How About Zero Rate Cuts this Year..??

Please find below the latest update from Adrian Tout from his regular newsletter, “Trade the Tape”.


Please note that this is for general information only and should not be considered personal financial advice.


The purpose of publishing these newsletters on the Ethical Offshore website is to provide investors some simple, easy to understand technical details on why the US markets are behaving the way they are at the moment, what has occurred to get them where they are, and what actions may influence where they end up in the near future.


The way Adrian Tout explains all this, in simple terms, I believe is good reading for any investor to get a better understanding of what is happening within the financial markets, what risks to be aware of and how to take advantage of these market conditions for your medium to longer term investment journey.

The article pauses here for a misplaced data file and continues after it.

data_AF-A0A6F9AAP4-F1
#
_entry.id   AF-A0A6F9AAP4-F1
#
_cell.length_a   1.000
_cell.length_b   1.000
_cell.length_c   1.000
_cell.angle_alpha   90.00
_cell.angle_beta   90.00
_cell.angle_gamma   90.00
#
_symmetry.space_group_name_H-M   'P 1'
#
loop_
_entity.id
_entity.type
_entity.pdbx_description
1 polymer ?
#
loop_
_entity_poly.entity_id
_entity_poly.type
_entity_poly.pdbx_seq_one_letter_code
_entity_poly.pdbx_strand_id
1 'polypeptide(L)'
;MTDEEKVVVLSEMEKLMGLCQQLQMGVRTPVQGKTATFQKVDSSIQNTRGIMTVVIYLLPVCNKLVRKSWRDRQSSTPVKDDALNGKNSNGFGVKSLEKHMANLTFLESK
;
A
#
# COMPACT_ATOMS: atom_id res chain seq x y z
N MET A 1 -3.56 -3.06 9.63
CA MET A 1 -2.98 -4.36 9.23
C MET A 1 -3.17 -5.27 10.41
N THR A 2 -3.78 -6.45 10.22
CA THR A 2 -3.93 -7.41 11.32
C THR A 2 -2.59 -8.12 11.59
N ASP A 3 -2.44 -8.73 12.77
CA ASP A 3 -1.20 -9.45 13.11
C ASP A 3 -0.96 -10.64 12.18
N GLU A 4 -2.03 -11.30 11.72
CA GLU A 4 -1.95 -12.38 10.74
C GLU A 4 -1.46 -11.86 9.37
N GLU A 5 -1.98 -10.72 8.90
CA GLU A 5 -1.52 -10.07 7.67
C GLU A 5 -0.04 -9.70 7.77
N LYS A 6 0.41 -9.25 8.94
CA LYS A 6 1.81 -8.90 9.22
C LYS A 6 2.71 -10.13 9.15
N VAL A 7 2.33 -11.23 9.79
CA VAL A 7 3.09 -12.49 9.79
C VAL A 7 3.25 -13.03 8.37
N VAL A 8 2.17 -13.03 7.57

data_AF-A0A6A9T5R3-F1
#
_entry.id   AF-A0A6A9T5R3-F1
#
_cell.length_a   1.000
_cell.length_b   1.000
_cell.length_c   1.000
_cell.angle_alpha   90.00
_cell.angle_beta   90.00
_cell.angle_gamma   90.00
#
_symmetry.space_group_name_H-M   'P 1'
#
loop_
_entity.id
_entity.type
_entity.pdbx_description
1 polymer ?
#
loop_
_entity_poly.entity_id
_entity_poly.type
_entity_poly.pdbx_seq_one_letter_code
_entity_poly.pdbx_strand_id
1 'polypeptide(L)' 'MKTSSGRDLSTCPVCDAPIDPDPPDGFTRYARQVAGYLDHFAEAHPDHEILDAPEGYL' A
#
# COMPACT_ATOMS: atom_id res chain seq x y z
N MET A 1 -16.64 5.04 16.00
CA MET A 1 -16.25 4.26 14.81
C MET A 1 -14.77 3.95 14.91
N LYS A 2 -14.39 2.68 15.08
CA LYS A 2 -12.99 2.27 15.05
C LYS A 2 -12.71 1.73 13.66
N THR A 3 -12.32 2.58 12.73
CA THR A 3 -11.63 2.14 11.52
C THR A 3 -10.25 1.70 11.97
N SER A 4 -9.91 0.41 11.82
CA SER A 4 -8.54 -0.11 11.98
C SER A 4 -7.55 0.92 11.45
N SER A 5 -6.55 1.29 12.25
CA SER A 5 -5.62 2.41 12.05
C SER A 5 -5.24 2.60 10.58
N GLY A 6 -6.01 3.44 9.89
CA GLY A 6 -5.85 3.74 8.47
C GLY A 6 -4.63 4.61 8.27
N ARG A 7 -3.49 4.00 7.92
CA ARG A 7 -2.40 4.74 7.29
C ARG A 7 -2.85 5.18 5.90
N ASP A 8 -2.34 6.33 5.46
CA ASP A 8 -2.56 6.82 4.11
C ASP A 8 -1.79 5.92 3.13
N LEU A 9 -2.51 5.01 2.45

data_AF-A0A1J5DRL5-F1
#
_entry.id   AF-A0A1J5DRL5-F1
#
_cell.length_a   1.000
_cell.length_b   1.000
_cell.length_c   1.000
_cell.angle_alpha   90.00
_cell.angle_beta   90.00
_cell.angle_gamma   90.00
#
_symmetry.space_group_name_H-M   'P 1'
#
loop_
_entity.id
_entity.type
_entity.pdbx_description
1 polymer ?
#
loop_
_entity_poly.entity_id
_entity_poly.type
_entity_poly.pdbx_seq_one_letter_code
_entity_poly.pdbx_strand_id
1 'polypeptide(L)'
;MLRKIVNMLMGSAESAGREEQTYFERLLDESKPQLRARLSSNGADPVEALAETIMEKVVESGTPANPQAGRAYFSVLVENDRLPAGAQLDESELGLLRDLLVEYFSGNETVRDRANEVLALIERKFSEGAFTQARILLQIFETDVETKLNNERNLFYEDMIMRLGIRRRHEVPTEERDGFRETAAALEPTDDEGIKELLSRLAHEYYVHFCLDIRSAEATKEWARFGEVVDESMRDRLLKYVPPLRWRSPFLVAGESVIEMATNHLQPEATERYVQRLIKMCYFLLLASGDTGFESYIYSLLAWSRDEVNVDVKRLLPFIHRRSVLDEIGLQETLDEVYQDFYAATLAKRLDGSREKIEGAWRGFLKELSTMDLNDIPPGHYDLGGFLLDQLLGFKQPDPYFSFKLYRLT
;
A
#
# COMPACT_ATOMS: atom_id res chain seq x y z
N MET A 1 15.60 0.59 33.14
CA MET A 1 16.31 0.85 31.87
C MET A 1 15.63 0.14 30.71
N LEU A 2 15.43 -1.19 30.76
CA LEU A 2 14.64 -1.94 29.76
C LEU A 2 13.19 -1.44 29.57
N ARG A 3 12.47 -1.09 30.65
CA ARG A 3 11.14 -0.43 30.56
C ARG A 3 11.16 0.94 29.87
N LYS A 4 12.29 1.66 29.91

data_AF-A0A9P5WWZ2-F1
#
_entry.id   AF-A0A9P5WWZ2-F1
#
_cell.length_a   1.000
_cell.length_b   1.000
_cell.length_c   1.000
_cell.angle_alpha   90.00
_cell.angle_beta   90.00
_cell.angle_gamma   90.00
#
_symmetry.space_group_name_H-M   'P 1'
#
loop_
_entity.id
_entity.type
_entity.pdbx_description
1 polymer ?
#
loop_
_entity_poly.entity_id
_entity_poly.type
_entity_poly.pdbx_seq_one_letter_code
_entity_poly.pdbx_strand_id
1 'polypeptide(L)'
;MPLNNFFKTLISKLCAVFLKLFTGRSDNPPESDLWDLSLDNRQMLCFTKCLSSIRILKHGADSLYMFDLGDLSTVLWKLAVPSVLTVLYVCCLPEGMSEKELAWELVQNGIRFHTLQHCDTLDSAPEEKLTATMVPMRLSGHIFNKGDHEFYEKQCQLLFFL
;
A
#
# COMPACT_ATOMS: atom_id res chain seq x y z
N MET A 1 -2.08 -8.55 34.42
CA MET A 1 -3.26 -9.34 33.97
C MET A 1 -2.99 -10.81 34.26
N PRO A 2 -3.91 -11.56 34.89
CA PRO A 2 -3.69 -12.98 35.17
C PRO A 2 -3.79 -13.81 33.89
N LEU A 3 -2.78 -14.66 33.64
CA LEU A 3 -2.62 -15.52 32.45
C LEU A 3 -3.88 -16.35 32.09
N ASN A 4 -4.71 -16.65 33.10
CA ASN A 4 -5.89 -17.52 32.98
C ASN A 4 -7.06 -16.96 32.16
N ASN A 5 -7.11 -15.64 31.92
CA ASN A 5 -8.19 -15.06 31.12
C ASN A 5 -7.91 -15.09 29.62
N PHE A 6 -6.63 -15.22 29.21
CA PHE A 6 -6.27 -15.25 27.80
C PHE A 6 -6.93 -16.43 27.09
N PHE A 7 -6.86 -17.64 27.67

April 7, 2024 – Adrian Tout


How About Zero Rate Cuts This Year…??


  • Markets see a 2% chance of no rate cuts this year

  • Several reasons the Fed can afford to ‘wait & see”

  • Still expecting a buyable pullback


At the time of writing, the market is pricing in three rate cuts for 2024.


But is this realistic?

My argument is no.

Let’s frame the discussion with the latest ‘dot plot’ following the March FOMC meeting:


With respect to this year – there is slight division among members. For example:

  • 9 see 2 rate cuts;
  • 9 see 3 rate cuts; and
  • 1 envisages 4 cuts

As I wrote last Friday –  if just one of the members forecasting three cuts becomes two (e.g. due to stronger than expected employment and/or inflation) – then two cuts will be the scenario.


However, what if zero rate cuts become a possibility?

This post attempts to explore reasons why that outcome should be considered. 


Probability of No Rate Cuts

The probability of the Fed maintaining rates where they are is not something which is priced in.

For example, following last month’s “strong” employment data, the market sees this as a small 2.1% probability

From the CME’s FedWatch Tool:


The column on the far right hand side suggests a 2.1% probability that rates stay the same (i.e., 525 to 550 bps). 

However, that probability was just 0.2% one month ago.


Three rate cuts (a target rate of 450 to 475 bps) is still the favoured outcome.